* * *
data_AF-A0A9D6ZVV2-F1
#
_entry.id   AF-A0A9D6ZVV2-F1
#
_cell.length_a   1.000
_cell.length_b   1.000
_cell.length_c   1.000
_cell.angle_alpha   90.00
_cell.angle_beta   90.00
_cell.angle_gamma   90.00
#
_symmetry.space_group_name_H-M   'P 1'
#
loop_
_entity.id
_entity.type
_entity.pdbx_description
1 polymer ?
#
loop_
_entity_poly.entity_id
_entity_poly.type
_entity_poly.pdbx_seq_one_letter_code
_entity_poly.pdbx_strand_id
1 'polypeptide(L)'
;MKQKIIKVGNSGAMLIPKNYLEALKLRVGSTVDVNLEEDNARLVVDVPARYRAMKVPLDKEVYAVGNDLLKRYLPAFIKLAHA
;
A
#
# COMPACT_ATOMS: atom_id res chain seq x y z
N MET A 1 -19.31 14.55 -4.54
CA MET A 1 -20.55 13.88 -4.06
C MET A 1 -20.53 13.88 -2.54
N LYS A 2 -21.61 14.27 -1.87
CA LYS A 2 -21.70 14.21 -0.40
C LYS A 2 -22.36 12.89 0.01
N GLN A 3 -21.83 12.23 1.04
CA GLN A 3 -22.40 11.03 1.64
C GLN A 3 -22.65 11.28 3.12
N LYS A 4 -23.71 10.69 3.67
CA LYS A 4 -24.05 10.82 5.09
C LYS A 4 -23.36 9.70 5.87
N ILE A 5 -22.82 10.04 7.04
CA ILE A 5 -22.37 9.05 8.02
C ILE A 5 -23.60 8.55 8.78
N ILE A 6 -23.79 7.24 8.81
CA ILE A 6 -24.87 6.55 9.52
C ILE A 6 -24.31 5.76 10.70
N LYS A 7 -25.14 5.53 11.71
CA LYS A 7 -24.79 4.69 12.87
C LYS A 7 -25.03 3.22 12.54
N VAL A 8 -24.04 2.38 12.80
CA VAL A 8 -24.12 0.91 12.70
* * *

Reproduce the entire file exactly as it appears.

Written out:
data_AF-A0A9D6ZVV2-F1
#
_entry.id   AF-A0A9D6ZVV2-F1
#
_cell.length_a   1.000
_cell.length_b   1.000
_cell.length_c   1.000
_cell.angle_alpha   90.00
_cell.angle_beta   90.00
_cell.angle_gamma   90.00
#
_symmetry.space_group_name_H-M   'P 1'
#
loop_
_entity.id
_entity.type
_entity.pdbx_description
1 polymer ?
#
loop_
_entity_poly.entity_id
_entity_poly.type
_entity_poly.pdbx_seq_one_letter_code
_entity_poly.pdbx_strand_id
1 'polypeptide(L)'
;MKQKIIKVGNSGAMLIPKNYLEALKLRVGSTVDVNLEEDNARLVVDVPARYRAMKVPLDKEVYAVGNDLLKRYLPAFIKLAHA
;
A
#
# COMPACT_ATOMS: atom_id res chain seq x y z
N MET A 1 -19.31 14.55 -4.54
CA MET A 1 -20.55 13.88 -4.06
C MET A 1 -20.53 13.88 -2.54
N LYS A 2 -21.61 14.27 -1.87
CA LYS A 2 -21.70 14.21 -0.40
C LYS A 2 -22.36 12.89 0.01
N GLN A 3 -21.83 12.23 1.04
CA GLN A 3 -22.40 11.03 1.64
C GLN A 3 -22.65 11.28 3.12
N LYS A 4 -23.71 10.69 3.67
CA LYS A 4 -24.05 10.82 5.09
C LYS A 4 -23.36 9.70 5.87
N ILE A 5 -22.82 10.04 7.04
CA ILE A 5 -22.37 9.05 8.02
C ILE A 5 -23.60 8.55 8.78
N ILE A 6 -23.79 7.24 8.81
CA ILE A 6 -24.87 6.55 9.52
C ILE A 6 -24.31 5.76 10.70
N LYS A 7 -25.14 5.53 11.71
CA LYS A 7 -24.79 4.69 12.87
C LYS A 7 -25.03 3.22 12.54
N VAL A 8 -24.04 2.38 12.80
CA VAL A 8 -24.12 0.91 12.70